Workers exposed to even low radiation levels run higher cancer risk

August 2, 2005

A study of radiology technicians shows that chronic exposure to ionizing radiation, even at low levels, raises the risk of basal cell carcinoma.

A study of radiology technicians shows that chronic exposure to ionizing radiation, even at low levels, raises the risk of basal cell carcinoma. The risk is even greater in those who have lighter eye and hair color, according to the study.

A research group from the National Institute of Radiological Sciences in Chiba, Japan, analyzed data from 65,304 white radiology technologists in the United States who completed surveys in 1983 to 1989 and in 1994 to 1998. The first survey asked respondents to answer demographic, health and work-related questions, while the second focused largely on cancer and related risk factors.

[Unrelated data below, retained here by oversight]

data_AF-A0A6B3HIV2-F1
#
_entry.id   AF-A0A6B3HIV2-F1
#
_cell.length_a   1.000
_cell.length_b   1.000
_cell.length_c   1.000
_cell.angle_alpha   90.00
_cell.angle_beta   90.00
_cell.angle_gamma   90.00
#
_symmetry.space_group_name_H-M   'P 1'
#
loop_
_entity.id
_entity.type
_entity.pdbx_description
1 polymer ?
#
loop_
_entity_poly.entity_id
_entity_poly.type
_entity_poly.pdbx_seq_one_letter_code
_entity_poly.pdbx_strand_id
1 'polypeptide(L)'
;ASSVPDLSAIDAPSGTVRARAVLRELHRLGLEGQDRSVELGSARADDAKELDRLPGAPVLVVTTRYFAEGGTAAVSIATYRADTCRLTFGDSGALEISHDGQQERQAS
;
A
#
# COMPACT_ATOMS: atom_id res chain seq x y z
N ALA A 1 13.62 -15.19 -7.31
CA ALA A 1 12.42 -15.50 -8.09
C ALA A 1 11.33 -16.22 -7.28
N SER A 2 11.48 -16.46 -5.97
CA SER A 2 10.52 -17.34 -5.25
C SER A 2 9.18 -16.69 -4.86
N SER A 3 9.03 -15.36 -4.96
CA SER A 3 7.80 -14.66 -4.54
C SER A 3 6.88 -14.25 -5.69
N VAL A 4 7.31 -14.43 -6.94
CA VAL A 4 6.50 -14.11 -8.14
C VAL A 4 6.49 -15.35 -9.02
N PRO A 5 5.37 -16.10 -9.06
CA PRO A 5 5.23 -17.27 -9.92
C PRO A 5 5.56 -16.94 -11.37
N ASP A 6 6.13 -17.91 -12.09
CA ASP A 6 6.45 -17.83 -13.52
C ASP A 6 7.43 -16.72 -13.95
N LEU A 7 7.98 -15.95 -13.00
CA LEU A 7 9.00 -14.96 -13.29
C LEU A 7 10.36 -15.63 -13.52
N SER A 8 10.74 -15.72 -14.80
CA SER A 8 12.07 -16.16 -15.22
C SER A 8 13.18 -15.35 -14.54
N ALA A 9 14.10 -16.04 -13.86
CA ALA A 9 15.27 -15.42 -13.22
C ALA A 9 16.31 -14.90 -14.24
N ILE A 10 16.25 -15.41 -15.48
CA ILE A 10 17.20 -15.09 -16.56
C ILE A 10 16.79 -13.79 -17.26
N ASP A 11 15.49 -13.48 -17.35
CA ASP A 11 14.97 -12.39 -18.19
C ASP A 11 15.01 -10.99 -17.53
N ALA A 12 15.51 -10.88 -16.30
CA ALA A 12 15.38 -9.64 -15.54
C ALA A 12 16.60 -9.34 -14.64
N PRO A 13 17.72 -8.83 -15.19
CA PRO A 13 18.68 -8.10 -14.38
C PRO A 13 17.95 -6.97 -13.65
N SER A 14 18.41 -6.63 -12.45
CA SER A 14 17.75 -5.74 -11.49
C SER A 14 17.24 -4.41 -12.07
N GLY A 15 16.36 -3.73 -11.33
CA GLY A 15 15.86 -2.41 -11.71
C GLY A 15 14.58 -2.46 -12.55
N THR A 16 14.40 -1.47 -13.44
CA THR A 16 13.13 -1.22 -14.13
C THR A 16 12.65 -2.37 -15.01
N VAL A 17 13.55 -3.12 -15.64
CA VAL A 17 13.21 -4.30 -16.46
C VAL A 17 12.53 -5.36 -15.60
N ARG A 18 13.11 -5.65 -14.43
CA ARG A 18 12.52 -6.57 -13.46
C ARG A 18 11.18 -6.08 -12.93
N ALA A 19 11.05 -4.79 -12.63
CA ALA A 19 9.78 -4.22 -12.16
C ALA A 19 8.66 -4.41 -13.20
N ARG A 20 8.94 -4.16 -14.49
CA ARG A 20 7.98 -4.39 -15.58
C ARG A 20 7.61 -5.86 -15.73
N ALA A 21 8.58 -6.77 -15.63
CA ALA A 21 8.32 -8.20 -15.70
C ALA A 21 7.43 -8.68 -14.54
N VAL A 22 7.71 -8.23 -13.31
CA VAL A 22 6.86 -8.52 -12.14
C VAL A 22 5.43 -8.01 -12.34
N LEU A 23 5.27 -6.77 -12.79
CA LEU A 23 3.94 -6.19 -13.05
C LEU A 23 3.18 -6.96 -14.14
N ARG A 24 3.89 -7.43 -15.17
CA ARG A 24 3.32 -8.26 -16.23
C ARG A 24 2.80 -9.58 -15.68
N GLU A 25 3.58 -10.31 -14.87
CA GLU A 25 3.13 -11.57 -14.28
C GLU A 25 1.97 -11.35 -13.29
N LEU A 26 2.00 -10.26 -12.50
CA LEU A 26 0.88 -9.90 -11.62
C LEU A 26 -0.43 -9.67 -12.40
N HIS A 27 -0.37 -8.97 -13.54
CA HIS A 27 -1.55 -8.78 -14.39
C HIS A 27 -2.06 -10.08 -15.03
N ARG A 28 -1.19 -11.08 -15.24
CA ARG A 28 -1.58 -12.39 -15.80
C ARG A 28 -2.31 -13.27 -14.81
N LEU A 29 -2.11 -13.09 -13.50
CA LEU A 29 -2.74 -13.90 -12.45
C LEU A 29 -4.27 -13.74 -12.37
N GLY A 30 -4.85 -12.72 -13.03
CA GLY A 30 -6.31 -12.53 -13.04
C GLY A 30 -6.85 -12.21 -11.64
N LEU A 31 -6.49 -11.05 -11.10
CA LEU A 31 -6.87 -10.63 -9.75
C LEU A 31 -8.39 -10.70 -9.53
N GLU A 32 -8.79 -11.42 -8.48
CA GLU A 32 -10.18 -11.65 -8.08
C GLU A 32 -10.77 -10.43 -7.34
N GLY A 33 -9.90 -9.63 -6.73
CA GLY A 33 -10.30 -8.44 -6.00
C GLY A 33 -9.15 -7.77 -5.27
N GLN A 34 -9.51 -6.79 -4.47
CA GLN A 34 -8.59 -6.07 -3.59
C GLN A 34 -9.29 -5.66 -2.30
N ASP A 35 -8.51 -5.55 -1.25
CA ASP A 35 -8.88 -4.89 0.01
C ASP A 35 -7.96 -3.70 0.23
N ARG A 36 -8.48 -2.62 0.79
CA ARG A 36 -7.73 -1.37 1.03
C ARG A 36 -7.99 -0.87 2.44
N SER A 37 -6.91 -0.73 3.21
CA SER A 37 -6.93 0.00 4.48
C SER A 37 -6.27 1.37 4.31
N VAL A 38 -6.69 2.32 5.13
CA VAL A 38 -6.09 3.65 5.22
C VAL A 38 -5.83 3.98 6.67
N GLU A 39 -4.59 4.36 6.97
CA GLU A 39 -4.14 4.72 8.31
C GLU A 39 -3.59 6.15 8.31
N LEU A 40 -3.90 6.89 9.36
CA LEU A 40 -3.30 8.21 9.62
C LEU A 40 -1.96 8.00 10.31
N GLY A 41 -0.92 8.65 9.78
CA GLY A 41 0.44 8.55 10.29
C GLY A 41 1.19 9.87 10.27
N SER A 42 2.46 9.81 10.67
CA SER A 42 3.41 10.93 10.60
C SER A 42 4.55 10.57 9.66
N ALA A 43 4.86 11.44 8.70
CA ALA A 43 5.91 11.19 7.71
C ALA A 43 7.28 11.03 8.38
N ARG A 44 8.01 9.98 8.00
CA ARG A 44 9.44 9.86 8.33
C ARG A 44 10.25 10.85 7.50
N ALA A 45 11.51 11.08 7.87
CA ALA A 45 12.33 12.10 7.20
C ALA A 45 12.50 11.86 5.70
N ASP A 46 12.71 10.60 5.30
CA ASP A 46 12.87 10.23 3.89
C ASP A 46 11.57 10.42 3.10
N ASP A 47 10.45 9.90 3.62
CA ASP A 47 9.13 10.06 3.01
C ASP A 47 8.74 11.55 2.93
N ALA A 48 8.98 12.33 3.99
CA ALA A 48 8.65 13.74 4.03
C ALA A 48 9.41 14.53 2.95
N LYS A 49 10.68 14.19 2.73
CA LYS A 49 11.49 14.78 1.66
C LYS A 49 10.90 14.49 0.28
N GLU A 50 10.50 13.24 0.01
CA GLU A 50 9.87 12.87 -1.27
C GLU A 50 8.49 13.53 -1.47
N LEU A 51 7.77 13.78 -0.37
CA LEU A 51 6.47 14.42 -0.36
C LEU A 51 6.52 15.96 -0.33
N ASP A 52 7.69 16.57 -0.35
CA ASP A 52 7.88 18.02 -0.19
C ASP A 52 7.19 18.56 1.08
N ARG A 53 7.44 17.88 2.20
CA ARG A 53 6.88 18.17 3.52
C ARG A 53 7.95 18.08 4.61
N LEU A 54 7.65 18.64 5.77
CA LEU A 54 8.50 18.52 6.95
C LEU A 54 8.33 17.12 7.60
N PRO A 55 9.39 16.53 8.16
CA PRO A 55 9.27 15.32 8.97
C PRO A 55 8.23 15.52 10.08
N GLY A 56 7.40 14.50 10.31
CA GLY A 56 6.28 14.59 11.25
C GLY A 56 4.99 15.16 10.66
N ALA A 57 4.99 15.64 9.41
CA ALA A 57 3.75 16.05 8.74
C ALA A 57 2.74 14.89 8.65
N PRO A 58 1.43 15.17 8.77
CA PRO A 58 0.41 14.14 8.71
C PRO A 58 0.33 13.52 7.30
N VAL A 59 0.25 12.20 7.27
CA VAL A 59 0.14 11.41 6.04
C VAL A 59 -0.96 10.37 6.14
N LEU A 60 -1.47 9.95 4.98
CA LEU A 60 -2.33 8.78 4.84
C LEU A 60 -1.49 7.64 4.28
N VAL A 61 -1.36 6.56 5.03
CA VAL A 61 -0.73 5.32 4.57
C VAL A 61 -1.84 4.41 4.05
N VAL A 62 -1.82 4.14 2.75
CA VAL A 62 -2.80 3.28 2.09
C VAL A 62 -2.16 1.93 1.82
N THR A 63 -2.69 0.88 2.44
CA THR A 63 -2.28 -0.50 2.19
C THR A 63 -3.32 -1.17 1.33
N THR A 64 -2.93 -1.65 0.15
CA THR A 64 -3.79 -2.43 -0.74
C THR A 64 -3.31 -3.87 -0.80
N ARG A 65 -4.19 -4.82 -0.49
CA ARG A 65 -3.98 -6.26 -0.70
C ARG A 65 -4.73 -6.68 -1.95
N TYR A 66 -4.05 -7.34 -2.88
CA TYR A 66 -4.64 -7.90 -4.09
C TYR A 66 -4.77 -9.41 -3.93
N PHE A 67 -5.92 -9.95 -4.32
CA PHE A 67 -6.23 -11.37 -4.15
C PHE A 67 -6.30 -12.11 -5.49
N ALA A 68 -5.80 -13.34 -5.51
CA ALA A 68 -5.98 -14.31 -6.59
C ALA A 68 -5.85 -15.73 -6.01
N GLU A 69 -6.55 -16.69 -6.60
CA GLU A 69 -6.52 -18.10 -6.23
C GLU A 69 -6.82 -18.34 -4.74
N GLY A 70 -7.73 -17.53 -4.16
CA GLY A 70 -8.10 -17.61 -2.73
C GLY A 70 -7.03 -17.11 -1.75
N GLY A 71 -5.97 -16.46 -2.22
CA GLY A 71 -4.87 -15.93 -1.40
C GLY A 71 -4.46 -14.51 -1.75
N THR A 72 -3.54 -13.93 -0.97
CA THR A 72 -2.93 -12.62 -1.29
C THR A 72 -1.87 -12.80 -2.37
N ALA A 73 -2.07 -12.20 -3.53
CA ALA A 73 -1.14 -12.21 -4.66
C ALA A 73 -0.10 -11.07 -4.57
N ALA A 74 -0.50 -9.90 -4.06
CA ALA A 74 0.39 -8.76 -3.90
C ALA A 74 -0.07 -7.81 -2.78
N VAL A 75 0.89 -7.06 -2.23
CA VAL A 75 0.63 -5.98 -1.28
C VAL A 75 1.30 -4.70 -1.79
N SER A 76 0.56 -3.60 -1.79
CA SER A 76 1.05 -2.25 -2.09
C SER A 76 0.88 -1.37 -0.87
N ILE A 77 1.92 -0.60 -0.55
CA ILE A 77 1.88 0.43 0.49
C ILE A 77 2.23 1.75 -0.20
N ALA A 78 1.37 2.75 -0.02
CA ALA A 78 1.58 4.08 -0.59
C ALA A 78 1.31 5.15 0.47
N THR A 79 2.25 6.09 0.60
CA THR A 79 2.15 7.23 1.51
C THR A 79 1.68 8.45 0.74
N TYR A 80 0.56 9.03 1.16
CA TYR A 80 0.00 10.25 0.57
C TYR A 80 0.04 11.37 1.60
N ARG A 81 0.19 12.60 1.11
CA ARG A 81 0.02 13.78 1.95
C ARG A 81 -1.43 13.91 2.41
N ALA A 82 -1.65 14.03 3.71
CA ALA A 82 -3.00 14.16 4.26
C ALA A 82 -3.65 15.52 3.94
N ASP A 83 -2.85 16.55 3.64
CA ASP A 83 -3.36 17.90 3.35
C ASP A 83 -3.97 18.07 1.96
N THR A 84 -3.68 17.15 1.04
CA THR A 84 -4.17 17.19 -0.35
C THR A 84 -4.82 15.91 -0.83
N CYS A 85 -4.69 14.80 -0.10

"Our study … provided indirect evidence of an increased risk of basal cell carcinoma associated with chronic occupational exposure to ionizing radiation at low to moderate doses," state the authors in their study, which was reported in a July issue of the International Journal of Cancer.

The study looked at a total of 1,355 cases of basal-cell carcinoma and 270 cases of squamous-cell carcinoma. Long-term exposure to ionizing radiation appeared to raise the risk of basal-cell (but not squamous-cell) carcinoma.

The effects were most pronounced for people who began working during the 1950s and earlier, a period when radiation exposure levels were relatively high.

Compared with technicians who started working after 1960, those who began in the 1940s were about two times more likely to develop basal-cell skin cancer. Technicians who began working in the 1950s were roughly 1.4 times more likely to develop basal cell cancer.